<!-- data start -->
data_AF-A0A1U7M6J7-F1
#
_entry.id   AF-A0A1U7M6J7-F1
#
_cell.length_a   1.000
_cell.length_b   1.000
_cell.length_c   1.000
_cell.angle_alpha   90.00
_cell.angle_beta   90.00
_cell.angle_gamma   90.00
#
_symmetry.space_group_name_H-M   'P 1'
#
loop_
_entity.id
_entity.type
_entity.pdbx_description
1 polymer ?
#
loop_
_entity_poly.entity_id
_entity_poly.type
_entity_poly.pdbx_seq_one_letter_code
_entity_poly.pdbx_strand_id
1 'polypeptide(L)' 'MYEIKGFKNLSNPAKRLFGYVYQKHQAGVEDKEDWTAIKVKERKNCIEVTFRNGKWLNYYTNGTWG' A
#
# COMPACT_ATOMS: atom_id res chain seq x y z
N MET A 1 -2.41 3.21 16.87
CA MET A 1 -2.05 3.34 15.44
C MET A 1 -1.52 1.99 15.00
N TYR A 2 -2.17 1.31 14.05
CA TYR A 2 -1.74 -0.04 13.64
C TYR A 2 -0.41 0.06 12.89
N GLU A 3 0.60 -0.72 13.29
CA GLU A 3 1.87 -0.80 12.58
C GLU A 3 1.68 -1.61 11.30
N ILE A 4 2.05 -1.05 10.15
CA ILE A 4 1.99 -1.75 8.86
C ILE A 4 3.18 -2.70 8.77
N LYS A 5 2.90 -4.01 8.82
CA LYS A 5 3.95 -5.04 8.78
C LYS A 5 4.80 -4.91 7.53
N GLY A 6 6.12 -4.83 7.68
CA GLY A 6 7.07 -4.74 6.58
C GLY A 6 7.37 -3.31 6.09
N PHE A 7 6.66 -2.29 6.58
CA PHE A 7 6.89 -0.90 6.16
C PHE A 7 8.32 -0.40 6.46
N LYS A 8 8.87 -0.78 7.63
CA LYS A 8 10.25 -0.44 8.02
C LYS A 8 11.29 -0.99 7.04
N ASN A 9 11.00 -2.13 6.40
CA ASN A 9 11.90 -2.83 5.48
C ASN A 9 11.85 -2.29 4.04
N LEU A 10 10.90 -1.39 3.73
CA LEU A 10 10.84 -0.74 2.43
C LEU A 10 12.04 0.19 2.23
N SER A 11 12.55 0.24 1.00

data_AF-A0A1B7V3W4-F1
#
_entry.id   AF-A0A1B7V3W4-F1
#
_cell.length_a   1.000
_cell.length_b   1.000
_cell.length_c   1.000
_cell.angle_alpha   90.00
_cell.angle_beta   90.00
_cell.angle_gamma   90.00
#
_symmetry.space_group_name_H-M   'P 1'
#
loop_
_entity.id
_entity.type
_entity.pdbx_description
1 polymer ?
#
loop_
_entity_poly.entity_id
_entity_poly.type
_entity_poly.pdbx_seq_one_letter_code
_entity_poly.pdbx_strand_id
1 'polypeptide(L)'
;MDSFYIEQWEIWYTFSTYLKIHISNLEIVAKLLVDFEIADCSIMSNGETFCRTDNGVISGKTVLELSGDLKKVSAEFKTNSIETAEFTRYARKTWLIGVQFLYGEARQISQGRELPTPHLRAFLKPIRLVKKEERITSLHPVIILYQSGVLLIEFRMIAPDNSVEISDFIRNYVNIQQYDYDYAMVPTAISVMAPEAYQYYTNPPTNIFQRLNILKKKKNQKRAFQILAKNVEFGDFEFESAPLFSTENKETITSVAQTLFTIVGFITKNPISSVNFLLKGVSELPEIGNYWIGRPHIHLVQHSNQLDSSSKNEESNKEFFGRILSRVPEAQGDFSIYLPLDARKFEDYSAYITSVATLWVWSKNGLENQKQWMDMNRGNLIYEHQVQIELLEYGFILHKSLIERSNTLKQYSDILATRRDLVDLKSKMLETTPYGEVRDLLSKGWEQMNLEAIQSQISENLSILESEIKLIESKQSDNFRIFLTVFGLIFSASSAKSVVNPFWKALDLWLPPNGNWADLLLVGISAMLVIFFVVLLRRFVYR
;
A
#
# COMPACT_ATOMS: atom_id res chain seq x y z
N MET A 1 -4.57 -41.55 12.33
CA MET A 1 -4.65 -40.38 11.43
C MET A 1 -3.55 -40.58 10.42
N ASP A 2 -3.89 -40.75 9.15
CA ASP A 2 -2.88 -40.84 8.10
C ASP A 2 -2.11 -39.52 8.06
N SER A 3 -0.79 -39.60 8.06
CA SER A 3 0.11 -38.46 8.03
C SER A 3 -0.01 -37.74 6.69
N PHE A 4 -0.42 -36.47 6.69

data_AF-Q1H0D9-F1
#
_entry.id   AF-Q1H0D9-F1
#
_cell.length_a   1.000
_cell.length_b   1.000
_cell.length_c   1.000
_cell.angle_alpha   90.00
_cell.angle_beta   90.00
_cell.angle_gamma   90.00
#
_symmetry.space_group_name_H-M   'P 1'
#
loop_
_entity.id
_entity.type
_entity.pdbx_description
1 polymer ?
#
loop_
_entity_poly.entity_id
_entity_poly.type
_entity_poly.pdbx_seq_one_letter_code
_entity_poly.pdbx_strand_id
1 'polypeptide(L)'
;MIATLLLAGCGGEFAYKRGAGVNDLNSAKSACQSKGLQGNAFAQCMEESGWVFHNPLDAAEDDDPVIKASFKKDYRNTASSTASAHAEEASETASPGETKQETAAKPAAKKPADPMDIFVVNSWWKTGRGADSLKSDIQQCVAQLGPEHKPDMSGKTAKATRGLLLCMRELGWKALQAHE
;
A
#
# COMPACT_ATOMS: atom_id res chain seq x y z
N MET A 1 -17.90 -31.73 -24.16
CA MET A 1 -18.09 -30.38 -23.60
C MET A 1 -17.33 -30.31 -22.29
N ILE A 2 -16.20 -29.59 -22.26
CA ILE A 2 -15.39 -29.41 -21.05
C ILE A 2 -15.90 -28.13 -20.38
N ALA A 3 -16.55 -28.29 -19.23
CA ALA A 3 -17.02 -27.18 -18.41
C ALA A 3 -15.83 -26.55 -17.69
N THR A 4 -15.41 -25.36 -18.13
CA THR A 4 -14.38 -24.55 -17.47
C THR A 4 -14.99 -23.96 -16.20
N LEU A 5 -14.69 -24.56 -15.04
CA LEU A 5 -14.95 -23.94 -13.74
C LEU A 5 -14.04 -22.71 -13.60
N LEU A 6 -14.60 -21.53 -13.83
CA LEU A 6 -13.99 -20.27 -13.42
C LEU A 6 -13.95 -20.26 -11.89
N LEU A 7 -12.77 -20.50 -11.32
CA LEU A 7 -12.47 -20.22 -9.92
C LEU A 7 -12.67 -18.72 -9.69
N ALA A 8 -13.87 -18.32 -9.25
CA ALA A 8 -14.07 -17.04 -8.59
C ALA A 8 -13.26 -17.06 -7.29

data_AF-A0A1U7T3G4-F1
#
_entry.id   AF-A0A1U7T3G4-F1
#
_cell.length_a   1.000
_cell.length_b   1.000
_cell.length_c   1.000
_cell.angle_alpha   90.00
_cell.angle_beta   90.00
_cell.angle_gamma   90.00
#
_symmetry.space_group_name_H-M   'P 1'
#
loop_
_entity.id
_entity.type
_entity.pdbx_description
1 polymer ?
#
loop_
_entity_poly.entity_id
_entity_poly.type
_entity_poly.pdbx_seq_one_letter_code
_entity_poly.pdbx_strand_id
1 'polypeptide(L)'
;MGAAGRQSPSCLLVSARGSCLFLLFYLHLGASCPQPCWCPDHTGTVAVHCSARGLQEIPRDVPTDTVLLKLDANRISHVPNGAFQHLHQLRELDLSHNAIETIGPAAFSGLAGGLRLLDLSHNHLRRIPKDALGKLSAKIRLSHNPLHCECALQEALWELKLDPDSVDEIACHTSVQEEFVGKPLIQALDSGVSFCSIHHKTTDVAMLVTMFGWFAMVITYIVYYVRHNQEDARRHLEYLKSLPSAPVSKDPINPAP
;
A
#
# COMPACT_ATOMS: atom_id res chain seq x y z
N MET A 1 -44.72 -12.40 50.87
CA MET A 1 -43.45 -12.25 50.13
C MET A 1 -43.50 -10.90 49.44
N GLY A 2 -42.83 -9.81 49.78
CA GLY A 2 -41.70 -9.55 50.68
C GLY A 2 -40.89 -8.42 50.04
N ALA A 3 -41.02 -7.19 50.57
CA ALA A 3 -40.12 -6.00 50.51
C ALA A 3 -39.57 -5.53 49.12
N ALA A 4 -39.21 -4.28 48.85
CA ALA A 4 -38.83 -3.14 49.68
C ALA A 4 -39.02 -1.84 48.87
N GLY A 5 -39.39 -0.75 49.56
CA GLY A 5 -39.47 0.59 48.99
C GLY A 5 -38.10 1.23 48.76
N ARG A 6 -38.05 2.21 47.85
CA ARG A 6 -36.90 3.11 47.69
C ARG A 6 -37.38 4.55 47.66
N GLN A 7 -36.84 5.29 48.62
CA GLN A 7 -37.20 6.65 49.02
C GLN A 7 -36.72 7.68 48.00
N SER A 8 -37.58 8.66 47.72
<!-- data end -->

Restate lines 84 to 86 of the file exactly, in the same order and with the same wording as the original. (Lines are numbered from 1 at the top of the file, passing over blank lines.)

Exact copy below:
;MDSFYIEQWEIWYTFSTYLKIHISNLEIVAKLLVDFEIADCSIMSNGETFCRTDNGVISGKTVLELSGDLKKVSAEFKTNSIETAEFTRYARKTWLIGVQFLYGEARQISQGRELPTPHLRAFLKPIRLVKKEERITSLHPVIILYQSGVLLIEFRMIAPDNSVEISDFIRNYVNIQQYDYDYAMVPTAISVMAPEAYQYYTNPPTNIFQRLNILKKKKNQKRAFQILAKNVEFGDFEFESAPLFSTENKETITSVAQTLFTIVGFITKNPISSVNFLLKGVSELPEIGNYWIGRPHIHLVQHSNQLDSSSKNEESNKEFFGRILSRVPEAQGDFSIYLPLDARKFEDYSAYITSVATLWVWSKNGLENQKQWMDMNRGNLIYEHQVQIELLEYGFILHKSLIERSNTLKQYSDILATRRDLVDLKSKMLETTPYGEVRDLLSKGWEQMNLEAIQSQISENLSILESEIKLIESKQSDNFRIFLTVFGLIFSASSAKSVVNPFWKALDLWLPPNGNWADLLLVGISAMLVIFFVVLLRRFVYR
;
A